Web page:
Chapter 23 from: J.J. Ray (Ed.) "Conservatism as Heresy". Sydney: A.N.Z. Book Co., 1974

The Traps of The 'Needs' Concept


One of the most intriguing aspects of the 1972 election campaign was the extent to which the Australian Labor Party exploited the word 'needs'. A great portion of their more subtle campaign appeal was based on the use of that word to project a non-ideological, pragmatic, let's-get-the-experts-in approach to the business of government. In the huge areas of education and health there is an explicit commitment to establish independent commissions of recommenders, who would look at the total national picture and pronounce upon the 'needs'.

It is probably a brilliant political campaign technique to make -- a proposal for this kind of decision-making. The people are probably fed up with buckpassing between the various levels of government and receptive to the idea of a government which will take national responsibility. They are also deeply suspicious about politicians making the decisions. They are probably equally suspicious of organisations called departments because these are familiar bureaucratic institutions, remote from their real needs and slow to move. So, the idea of something new called a commission sounds good. But what does it all mean really?

A little understanding of economics informs one that there is hardly ever such a thing as an absolute, clearly definable 'need'. In certain dire circumstances individuals do have critical needs which must be satisfied regardless of cost -- people dying of thirst in a desert will pay absolutely anything for water, to quote the classic case of an absolute need. But most of the time need is a highly relative and conditional reality, and it is misleading to speak of it as if it is a simple concept.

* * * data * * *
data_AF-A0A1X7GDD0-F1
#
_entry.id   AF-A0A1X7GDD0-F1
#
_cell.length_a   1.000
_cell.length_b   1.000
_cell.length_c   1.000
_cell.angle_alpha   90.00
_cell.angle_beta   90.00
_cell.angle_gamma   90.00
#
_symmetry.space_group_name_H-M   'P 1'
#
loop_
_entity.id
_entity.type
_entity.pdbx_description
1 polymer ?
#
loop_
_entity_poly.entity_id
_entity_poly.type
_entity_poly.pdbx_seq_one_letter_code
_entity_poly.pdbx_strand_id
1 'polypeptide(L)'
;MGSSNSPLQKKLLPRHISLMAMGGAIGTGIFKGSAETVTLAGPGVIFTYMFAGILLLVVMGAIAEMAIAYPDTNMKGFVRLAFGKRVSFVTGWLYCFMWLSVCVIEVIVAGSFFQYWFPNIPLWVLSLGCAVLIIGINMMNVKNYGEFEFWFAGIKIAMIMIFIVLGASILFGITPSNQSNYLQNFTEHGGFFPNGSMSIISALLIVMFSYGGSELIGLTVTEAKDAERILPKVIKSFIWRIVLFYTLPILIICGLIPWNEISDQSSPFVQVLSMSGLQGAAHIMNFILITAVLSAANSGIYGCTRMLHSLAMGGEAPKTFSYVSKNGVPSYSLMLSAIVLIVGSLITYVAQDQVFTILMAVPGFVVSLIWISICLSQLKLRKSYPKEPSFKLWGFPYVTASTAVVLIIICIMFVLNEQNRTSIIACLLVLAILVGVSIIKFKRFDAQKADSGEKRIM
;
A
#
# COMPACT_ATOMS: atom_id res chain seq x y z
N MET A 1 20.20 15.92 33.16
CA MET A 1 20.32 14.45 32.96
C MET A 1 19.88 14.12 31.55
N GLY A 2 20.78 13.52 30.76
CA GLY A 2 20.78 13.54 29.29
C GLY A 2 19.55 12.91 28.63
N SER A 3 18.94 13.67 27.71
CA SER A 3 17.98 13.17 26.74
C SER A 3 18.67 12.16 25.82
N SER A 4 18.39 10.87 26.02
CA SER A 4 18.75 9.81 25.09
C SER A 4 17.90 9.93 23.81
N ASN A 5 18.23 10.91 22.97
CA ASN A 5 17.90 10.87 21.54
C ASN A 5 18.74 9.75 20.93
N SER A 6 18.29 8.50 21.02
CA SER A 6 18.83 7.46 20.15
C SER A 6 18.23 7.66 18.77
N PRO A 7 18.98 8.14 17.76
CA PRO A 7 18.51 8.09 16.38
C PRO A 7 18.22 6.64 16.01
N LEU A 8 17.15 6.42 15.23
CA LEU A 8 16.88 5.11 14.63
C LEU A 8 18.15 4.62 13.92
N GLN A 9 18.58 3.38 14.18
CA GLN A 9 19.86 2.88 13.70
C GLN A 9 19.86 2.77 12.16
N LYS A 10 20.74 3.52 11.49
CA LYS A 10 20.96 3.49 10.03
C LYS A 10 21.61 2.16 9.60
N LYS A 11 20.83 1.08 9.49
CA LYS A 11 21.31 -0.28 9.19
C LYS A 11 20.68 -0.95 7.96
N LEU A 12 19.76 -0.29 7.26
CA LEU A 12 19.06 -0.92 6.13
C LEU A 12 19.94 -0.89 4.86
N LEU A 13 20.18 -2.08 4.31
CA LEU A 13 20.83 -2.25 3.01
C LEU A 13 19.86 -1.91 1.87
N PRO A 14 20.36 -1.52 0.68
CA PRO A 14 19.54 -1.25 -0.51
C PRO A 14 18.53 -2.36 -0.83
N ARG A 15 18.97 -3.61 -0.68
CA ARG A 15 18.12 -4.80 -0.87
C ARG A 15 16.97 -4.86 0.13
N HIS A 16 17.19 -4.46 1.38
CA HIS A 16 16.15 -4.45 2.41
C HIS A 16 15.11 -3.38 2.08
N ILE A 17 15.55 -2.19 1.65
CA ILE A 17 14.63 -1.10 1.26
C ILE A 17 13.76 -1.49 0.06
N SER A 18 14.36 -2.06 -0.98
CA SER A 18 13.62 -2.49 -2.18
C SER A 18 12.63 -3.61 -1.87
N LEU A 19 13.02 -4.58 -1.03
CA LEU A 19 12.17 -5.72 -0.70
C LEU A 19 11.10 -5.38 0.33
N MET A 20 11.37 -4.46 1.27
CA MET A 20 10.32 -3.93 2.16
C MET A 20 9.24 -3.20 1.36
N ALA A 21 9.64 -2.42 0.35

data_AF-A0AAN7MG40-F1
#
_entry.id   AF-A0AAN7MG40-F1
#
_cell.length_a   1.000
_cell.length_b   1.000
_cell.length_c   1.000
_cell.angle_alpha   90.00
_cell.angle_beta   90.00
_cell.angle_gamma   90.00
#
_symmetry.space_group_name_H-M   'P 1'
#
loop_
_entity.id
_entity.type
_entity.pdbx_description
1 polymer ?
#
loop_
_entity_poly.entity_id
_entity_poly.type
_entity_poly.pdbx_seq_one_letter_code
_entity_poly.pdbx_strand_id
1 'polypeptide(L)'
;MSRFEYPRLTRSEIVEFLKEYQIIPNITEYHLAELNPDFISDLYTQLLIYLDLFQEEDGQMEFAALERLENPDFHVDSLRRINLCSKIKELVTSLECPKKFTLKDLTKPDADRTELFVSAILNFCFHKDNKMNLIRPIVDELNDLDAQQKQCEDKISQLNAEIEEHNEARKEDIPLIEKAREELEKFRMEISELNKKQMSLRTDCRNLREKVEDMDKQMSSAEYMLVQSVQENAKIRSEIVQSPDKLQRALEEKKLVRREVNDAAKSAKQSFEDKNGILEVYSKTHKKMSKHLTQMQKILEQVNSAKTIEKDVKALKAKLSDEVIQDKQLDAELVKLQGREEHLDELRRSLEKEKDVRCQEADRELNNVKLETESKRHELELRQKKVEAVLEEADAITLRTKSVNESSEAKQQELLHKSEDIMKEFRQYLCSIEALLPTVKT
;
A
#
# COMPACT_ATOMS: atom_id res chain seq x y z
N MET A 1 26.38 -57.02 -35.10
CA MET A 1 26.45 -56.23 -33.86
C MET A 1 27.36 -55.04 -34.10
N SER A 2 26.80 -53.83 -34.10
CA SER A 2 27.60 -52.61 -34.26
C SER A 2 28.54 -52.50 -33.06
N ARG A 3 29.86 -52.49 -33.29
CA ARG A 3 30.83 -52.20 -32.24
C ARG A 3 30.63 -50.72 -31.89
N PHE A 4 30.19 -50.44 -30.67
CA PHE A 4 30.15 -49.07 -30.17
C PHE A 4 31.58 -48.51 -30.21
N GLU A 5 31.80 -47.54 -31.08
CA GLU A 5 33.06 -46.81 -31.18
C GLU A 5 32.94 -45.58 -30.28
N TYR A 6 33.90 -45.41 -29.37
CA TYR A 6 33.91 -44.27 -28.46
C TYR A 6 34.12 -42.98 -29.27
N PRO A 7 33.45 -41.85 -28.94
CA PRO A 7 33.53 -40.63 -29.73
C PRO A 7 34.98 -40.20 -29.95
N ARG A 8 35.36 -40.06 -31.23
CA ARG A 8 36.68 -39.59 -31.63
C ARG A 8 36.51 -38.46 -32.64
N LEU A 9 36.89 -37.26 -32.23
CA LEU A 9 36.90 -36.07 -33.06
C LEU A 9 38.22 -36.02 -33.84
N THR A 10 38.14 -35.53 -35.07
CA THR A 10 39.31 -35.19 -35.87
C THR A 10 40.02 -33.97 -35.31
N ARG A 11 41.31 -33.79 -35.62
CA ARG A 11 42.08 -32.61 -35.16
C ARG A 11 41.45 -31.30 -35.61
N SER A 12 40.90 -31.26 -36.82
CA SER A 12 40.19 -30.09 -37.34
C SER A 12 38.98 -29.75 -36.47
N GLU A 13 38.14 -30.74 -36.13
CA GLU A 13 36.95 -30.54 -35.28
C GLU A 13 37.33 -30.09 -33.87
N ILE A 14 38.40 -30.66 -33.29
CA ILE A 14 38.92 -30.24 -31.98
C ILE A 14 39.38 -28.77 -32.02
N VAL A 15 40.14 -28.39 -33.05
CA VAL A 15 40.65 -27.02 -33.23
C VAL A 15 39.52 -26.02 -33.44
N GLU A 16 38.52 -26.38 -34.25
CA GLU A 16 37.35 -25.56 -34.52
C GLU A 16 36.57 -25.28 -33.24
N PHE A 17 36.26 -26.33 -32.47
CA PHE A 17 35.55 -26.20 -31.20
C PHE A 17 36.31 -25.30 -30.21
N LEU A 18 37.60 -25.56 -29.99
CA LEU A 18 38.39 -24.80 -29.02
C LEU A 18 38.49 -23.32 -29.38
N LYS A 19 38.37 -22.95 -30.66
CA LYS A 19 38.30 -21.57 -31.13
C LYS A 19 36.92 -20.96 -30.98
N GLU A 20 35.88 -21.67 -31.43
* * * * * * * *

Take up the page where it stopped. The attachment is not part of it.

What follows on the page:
There are in the real world usually only such things as 'need-ifs'. There is a need for $A million for education if we want to educate B million people, if we want to provide a C/D student staff ratio, if we allocate E square metres of science laboratories per student, if we provide F language modules, G class rooms, and so on indefinitely, defining the way in which education will be organised and provided for.

Even that leaves aside the matter of resources available, and the question of choice, as to how far resources will be deployed in the direction of education as against other community uses. 'Needs' start off as sounding like a simple, pragmatically determined thing but end up in reality being the product of a highly complex set of equations into which have to be fed a whole series of sensitive and debatable judgments about which people will disagree.

To give to any one institution, whatever you call it, the right to determine 'needs' is to give it very great power. The present government has had its flirtations with the 'needs' method of decision making. It has established a universities commission, and talking to state universities' administrators one gets the impression that virtually all decisions about the future of university education are now made in the offices above the Reserve Bank building near the Canberra law courts.

The commission must start each so-called needs estimation by an exercise in wheeling and dealing with the Treasury and various ministers to determine, first of all, what will be a realistic kind of budgetary increase in total governmental expenditure on universities. It will only recommend what it knows beforehand is a politically acceptable call on the Commonwealth budget.